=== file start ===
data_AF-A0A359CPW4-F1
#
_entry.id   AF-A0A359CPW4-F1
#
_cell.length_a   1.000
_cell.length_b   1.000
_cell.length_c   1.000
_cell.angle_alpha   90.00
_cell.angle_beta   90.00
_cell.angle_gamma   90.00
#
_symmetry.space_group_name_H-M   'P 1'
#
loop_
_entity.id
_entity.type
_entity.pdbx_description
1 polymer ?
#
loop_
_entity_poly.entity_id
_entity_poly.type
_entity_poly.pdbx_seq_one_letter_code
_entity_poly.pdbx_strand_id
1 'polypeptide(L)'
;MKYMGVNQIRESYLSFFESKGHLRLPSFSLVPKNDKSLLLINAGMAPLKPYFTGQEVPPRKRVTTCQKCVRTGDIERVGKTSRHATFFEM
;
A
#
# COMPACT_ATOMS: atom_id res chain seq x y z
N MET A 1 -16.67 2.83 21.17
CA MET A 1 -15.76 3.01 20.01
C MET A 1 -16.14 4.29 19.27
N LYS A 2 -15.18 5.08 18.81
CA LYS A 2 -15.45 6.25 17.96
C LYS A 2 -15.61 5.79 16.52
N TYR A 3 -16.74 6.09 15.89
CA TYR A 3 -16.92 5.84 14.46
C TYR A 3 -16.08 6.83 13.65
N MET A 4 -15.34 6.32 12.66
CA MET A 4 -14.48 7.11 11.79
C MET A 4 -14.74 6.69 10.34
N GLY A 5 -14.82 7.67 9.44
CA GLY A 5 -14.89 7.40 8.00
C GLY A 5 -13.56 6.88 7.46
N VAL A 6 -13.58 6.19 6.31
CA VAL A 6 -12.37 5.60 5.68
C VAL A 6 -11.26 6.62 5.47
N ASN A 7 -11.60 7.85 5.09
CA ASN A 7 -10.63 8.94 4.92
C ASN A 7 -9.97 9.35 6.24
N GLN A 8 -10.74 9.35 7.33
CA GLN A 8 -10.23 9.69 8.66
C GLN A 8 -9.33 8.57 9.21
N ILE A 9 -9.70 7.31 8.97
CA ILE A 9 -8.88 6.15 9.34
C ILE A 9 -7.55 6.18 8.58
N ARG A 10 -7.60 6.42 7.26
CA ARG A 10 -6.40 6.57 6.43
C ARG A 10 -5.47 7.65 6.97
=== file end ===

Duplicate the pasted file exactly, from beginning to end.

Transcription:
data_AF-A0A359CPW4-F1
#
_entry.id   AF-A0A359CPW4-F1
#
_cell.length_a   1.000
_cell.length_b   1.000
_cell.length_c   1.000
_cell.angle_alpha   90.00
_cell.angle_beta   90.00
_cell.angle_gamma   90.00
#
_symmetry.space_group_name_H-M   'P 1'
#
loop_
_entity.id
_entity.type
_entity.pdbx_description
1 polymer ?
#
loop_
_entity_poly.entity_id
_entity_poly.type
_entity_poly.pdbx_seq_one_letter_code
_entity_poly.pdbx_strand_id
1 'polypeptide(L)'
;MKYMGVNQIRESYLSFFESKGHLRLPSFSLVPKNDKSLLLINAGMAPLKPYFTGQEVPPRKRVTTCQKCVRTGDIERVGKTSRHATFFEM
;
A
#
# COMPACT_ATOMS: atom_id res chain seq x y z
N MET A 1 -16.67 2.83 21.17
CA MET A 1 -15.76 3.01 20.01
C MET A 1 -16.14 4.29 19.27
N LYS A 2 -15.18 5.08 18.81
CA LYS A 2 -15.45 6.25 17.96
C LYS A 2 -15.61 5.79 16.52
N TYR A 3 -16.74 6.09 15.89
CA TYR A 3 -16.92 5.84 14.46
C TYR A 3 -16.08 6.83 13.65
N MET A 4 -15.34 6.32 12.66
CA MET A 4 -14.48 7.11 11.79
C MET A 4 -14.74 6.69 10.34
N GLY A 5 -14.82 7.67 9.44
CA GLY A 5 -14.89 7.40 8.00
C GLY A 5 -13.56 6.88 7.46
N VAL A 6 -13.58 6.19 6.31
CA VAL A 6 -12.37 5.60 5.68
C VAL A 6 -11.26 6.62 5.47
N ASN A 7 -11.60 7.85 5.09
CA ASN A 7 -10.63 8.94 4.92
C ASN A 7 -9.97 9.35 6.24
N GLN A 8 -10.74 9.35 7.33
CA GLN A 8 -10.23 9.69 8.66
C GLN A 8 -9.33 8.57 9.21
N ILE A 9 -9.70 7.31 8.97
CA ILE A 9 -8.88 6.15 9.34
C ILE A 9 -7.55 6.18 8.58
N ARG A 10 -7.60 6.42 7.26
CA ARG A 10 -6.40 6.57 6.43
C ARG A 10 -5.47 7.65 6.97